THE controversial dredging operation in the Kowie River looks set to resume after being put on hold in September last year.
Readers may remember that the Royal Alfred Marina Homeowners Association (Ramhoa) began dredging in the lower reaches of the Kowie River again last year after a hiatus of some years.
But Ramhoa acted based on an expired record of decision and referred to a letter from the municipality from 2001 as giving them permission to discharge sand into the East Beach dunes for “an indefinite period”.
The problem with that letter of permission was that the municipality does not have the authority to grant permission for a listed activity which requires an environmental impact assessment (EIA).
The discharge of sand had been taking place for years before that and it was only last year that a few surfers and other beach users became concerned enough about the environmental impact to ask Ndlambe nature conservation to intervene.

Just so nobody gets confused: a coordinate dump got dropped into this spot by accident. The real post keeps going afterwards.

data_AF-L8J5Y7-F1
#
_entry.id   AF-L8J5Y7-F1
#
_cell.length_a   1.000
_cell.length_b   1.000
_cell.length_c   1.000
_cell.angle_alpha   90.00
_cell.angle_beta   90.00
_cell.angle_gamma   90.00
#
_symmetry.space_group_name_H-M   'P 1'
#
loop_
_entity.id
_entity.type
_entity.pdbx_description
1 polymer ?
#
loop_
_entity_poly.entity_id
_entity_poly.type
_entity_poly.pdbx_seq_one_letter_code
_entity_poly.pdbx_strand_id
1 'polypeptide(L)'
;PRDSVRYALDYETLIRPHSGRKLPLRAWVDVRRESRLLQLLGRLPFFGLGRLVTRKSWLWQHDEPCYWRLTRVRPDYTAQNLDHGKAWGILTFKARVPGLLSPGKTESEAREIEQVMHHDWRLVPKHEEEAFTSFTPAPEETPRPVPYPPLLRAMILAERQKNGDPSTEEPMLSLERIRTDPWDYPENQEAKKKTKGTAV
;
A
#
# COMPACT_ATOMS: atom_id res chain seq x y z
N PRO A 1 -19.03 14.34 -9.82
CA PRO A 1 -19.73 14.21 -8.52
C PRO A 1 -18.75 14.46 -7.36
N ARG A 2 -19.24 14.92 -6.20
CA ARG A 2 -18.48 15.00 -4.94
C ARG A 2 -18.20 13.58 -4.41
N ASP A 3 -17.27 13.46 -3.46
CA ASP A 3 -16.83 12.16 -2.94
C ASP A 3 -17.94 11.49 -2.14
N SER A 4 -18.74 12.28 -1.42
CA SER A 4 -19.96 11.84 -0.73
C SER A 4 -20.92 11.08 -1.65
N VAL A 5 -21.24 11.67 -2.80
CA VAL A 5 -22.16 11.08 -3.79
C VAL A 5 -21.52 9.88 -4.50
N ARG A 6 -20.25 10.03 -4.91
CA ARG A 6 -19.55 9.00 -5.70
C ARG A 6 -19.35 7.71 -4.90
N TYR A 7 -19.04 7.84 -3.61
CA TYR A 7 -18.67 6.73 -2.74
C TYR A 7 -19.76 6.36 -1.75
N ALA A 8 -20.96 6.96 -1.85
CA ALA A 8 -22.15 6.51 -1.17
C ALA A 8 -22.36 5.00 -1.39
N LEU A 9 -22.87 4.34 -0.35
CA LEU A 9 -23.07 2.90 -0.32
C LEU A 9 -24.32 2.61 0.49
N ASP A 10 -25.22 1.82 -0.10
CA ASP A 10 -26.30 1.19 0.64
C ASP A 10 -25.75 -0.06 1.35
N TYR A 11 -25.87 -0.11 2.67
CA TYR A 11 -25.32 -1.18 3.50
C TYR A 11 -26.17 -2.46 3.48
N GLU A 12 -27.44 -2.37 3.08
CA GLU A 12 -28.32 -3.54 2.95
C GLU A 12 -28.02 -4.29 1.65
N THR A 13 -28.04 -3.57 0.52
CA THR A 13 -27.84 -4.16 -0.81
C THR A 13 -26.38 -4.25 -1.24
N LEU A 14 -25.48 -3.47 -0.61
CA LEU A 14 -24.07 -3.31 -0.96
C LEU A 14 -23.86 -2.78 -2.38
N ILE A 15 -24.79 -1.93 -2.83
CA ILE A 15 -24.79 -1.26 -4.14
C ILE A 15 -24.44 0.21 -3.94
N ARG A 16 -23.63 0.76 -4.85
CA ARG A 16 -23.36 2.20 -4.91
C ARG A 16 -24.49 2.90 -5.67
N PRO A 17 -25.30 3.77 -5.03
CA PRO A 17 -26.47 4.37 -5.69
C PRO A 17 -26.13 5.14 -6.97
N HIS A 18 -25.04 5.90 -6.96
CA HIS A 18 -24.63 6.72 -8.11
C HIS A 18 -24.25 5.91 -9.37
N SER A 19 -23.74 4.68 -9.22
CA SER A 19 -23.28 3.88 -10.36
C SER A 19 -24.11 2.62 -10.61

The stench of decaying organic matter dumped on the sand was the least of the dredging opponents’ worries. They were concerned the dredge disposal and use of a bulldozer to grade the area – which resembled a blackened salt pan – was interfering in the natural formation of dunes.
Ndlambe in turn asked the department of economic development, environmental affairs and tourism (Dedeat) for assistance and a delegation of officials visited the dredge disposal site in September.
They were tight-lipped but said they would investigate. Soon after that Ramhoa stopped dredging.
The floods a month later helped clear a channel on the left side of the river going out to sea, but created new sandbanks where they had never before, including at the entrance to the small boat harbour and northern entrances to some of the canals.
This created a new urgency to dredge again, but Dedeat’s initial response was that it was not an emergency but an inconvenience to boat users at best.
So it was strange to learn this week that some high-ups in the department changed their minds since then and have given Ramhoa a special permit to conduct emergency dredging.
Marina manager Angus Schlemmer said dredging would be limited to the harbour entrance and northern entrances to the canals, and silt discharged in the East Beach dune pocket as before.
TotT has not had sight of this document as Ramhoa says it is “private”.
Dedeat itself has not responded to our queries.
This raises suspicions and we believe both Ramhoa and Dedeat should be forthcoming about an activity which concerns all residents, not just marina property owners and boat owners.
– Jon Houzet